• A lights-out bullpen night was tainted by one reliever ruining the fun. Four Reds relievers pitched. Three of them combined to allow just one baserunner in 3.2 frames while the other saw five runners cross on his watch. Ross Detwiler threw a hitless fifth before Buck Farmer was untouchable across the next two frames. Unfortunately, their hard work was put to waste after Reiver Sanmartin permitted five runs in 1.1 innings of work, needing position player Alejo Lopez’s help to finish off the ninth.

 

SDP 3 – MIA 4

  • Adding one of the game’s best closers usually solidifies a team’s bullpen. That was not the case for the Padres on Tuesday, but it wasn’t the fault of their midseason acquisition. This time, it was Luis García who took home his sixth loss by allowing a run in a tie game. His lone highlight was recording the fifth-fastest pitch of the day – a 100.8 mph sinker. He was preceded by two perfect frames from Nabil Crismatt who induced eight whiffs on 11 changeups in a dominant showing. Nick Martinez followed García, tossing a hitless eighth. Speaking of deadline trades, closer Josh Hader hasn’t appeared in a contest since last Tuesday and likely sees a maintenance day ASAP.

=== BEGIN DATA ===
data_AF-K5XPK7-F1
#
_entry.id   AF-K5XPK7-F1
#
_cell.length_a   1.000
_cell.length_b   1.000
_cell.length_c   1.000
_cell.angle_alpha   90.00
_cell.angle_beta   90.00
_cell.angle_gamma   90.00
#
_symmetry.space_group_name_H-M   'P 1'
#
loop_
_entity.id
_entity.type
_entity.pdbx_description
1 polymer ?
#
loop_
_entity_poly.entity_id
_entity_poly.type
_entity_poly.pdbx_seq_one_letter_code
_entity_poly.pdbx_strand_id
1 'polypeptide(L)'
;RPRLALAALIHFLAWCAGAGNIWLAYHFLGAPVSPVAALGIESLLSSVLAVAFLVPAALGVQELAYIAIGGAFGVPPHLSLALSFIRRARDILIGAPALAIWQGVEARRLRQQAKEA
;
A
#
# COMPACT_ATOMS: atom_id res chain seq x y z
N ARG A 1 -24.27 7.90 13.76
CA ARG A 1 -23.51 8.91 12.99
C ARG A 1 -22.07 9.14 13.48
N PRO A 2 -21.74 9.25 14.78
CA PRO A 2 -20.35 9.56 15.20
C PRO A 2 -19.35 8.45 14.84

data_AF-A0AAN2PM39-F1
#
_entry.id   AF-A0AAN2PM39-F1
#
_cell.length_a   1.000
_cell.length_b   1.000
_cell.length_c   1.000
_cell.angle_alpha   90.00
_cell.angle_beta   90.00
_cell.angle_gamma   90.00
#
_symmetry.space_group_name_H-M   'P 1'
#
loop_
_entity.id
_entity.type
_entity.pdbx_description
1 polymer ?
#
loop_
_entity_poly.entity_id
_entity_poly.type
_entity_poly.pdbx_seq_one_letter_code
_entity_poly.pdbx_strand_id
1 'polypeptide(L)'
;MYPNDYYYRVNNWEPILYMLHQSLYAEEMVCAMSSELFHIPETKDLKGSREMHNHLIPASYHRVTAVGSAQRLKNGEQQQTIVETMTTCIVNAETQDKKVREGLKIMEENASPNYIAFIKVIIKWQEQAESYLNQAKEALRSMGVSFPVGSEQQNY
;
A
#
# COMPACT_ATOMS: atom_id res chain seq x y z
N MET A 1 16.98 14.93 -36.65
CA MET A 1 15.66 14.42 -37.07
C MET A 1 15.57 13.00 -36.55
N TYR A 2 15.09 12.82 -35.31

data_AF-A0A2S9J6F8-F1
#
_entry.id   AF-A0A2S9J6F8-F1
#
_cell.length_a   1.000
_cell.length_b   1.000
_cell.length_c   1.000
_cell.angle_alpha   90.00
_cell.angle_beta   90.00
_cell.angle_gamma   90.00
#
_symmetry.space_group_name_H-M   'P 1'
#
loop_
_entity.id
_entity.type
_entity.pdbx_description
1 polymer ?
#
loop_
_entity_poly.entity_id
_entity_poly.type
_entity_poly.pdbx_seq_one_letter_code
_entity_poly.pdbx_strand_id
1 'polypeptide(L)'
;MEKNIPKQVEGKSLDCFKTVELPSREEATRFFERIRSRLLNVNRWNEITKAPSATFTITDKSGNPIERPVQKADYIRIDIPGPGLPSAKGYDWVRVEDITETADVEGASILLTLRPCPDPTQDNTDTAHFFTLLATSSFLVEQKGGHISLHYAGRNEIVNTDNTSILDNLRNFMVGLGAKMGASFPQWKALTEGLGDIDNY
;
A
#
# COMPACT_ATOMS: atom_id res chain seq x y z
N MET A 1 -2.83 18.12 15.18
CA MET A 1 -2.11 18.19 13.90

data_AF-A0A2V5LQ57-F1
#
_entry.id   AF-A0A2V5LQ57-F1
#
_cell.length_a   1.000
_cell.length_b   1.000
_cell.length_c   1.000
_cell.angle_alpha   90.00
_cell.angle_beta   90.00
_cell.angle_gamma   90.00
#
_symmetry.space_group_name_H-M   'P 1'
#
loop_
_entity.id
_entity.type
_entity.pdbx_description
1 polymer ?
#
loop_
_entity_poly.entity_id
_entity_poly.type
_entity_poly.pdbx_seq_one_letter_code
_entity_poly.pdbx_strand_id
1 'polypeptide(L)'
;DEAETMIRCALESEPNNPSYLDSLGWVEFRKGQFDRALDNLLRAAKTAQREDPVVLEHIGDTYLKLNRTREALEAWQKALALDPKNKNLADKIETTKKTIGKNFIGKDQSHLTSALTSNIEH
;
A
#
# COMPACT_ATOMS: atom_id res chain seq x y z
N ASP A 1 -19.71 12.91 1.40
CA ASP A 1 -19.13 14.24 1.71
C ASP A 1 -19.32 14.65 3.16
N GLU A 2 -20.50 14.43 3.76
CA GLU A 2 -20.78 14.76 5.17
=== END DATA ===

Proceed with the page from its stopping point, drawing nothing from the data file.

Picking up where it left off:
• In his MLB debut, Andrew Nardi blew the lead but was bailed out by his offense and his bullpen mates. He allowed three runs across four outs but was still credited with his first career hold. Prior to his debut, Huascar Brazoban tossed a hitless fifth, and directly after Nardi, Elieser Hernandez recorded four outs of his own in the sixth and seventh. Hernandez was tagged with his first blown save for letting Nardi’s runners score, but he was also awarded his third win for being the last pitcher to appear before the offense retook the lead. Richard Bleier finished Hernandez’s second inning, recording just one out to stake a claim to his fourth hold. With regular closer Tanner Scott recovering from tossing 66 pitches in two days, Dylan Floro was called upon for the save chance. He got the job done, recording all of his outs via the strikeout for his third save.